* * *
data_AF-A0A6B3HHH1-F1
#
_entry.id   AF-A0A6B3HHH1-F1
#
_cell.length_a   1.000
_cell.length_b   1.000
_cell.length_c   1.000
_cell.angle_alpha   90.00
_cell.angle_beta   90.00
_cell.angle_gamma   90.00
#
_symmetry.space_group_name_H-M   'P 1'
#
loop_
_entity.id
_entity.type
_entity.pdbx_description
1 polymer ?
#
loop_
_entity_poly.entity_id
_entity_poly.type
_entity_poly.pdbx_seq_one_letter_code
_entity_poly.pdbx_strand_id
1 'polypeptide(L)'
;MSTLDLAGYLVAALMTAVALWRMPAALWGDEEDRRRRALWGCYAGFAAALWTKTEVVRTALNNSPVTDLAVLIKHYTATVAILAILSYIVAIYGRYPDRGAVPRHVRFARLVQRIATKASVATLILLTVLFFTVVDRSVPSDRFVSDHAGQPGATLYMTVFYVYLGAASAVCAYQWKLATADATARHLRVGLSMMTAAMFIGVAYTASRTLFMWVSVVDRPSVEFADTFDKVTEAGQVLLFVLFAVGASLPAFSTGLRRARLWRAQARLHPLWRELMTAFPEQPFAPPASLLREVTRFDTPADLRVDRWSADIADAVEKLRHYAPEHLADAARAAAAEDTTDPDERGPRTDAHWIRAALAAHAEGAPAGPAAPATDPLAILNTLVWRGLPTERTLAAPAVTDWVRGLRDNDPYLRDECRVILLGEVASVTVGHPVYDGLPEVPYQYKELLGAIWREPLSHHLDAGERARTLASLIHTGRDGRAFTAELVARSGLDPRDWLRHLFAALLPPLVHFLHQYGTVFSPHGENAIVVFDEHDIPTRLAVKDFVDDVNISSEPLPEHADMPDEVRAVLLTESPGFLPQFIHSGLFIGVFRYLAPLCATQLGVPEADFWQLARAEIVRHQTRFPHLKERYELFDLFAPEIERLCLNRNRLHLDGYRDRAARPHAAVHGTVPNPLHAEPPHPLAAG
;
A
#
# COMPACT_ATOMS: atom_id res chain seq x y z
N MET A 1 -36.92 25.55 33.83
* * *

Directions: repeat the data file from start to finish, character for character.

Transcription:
data_AF-A0A6B3HHH1-F1
#
_entry.id   AF-A0A6B3HHH1-F1
#
_cell.length_a   1.000
_cell.length_b   1.000
_cell.length_c   1.000
_cell.angle_alpha   90.00
_cell.angle_beta   90.00
_cell.angle_gamma   90.00
#
_symmetry.space_group_name_H-M   'P 1'
#
loop_
_entity.id
_entity.type
_entity.pdbx_description
1 polymer ?
#
loop_
_entity_poly.entity_id
_entity_poly.type
_entity_poly.pdbx_seq_one_letter_code
_entity_poly.pdbx_strand_id
1 'polypeptide(L)'
;MSTLDLAGYLVAALMTAVALWRMPAALWGDEEDRRRRALWGCYAGFAAALWTKTEVVRTALNNSPVTDLAVLIKHYTATVAILAILSYIVAIYGRYPDRGAVPRHVRFARLVQRIATKASVATLILLTVLFFTVVDRSVPSDRFVSDHAGQPGATLYMTVFYVYLGAASAVCAYQWKLATADATARHLRVGLSMMTAAMFIGVAYTASRTLFMWVSVVDRPSVEFADTFDKVTEAGQVLLFVLFAVGASLPAFSTGLRRARLWRAQARLHPLWRELMTAFPEQPFAPPASLLREVTRFDTPADLRVDRWSADIADAVEKLRHYAPEHLADAARAAAAEDTTDPDERGPRTDAHWIRAALAAHAEGAPAGPAAPATDPLAILNTLVWRGLPTERTLAAPAVTDWVRGLRDNDPYLRDECRVILLGEVASVTVGHPVYDGLPEVPYQYKELLGAIWREPLSHHLDAGERARTLASLIHTGRDGRAFTAELVARSGLDPRDWLRHLFAALLPPLVHFLHQYGTVFSPHGENAIVVFDEHDIPTRLAVKDFVDDVNISSEPLPEHADMPDEVRAVLLTESPGFLPQFIHSGLFIGVFRYLAPLCATQLGVPEADFWQLARAEIVRHQTRFPHLKERYELFDLFAPEIERLCLNRNRLHLDGYRDRAARPHAAVHGTVPNPLHAEPPHPLAAG
;
A
#
# COMPACT_ATOMS: atom_id res chain seq x y z
N MET A 1 -36.92 25.55 33.83